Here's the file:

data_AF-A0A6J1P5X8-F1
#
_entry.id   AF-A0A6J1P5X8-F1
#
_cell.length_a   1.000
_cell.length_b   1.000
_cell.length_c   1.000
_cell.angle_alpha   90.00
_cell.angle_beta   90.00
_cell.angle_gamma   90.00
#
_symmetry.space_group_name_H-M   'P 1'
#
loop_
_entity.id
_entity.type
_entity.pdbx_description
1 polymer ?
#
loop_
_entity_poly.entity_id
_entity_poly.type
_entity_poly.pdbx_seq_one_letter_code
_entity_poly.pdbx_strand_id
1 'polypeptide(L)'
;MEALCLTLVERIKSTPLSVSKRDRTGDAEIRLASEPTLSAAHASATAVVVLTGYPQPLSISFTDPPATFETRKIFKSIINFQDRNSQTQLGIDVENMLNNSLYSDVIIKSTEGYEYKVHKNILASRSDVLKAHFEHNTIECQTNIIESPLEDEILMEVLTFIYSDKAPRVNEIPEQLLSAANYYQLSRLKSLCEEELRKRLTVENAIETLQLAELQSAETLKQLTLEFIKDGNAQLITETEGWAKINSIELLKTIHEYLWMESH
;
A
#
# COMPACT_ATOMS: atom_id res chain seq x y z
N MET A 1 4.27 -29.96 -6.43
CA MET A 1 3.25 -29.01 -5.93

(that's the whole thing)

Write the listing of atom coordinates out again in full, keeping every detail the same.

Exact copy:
data_AF-A0A6J1P5X8-F1
#
_entry.id   AF-A0A6J1P5X8-F1
#
_cell.length_a   1.000
_cell.length_b   1.000
_cell.length_c   1.000
_cell.angle_alpha   90.00
_cell.angle_beta   90.00
_cell.angle_gamma   90.00
#
_symmetry.space_group_name_H-M   'P 1'
#
loop_
_entity.id
_entity.type
_entity.pdbx_description
1 polymer ?
#
loop_
_entity_poly.entity_id
_entity_poly.type
_entity_poly.pdbx_seq_one_letter_code
_entity_poly.pdbx_strand_id
1 'polypeptide(L)'
;MEALCLTLVERIKSTPLSVSKRDRTGDAEIRLASEPTLSAAHASATAVVVLTGYPQPLSISFTDPPATFETRKIFKSIINFQDRNSQTQLGIDVENMLNNSLYSDVIIKSTEGYEYKVHKNILASRSDVLKAHFEHNTIECQTNIIESPLEDEILMEVLTFIYSDKAPRVNEIPEQLLSAANYYQLSRLKSLCEEELRKRLTVENAIETLQLAELQSAETLKQLTLEFIKDGNAQLITETEGWAKINSIELLKTIHEYLWMESH
;
A
#
# COMPACT_ATOMS: atom_id res chain seq x y z
N MET A 1 4.27 -29.96 -6.43
CA MET A 1 3.25 -29.01 -5.93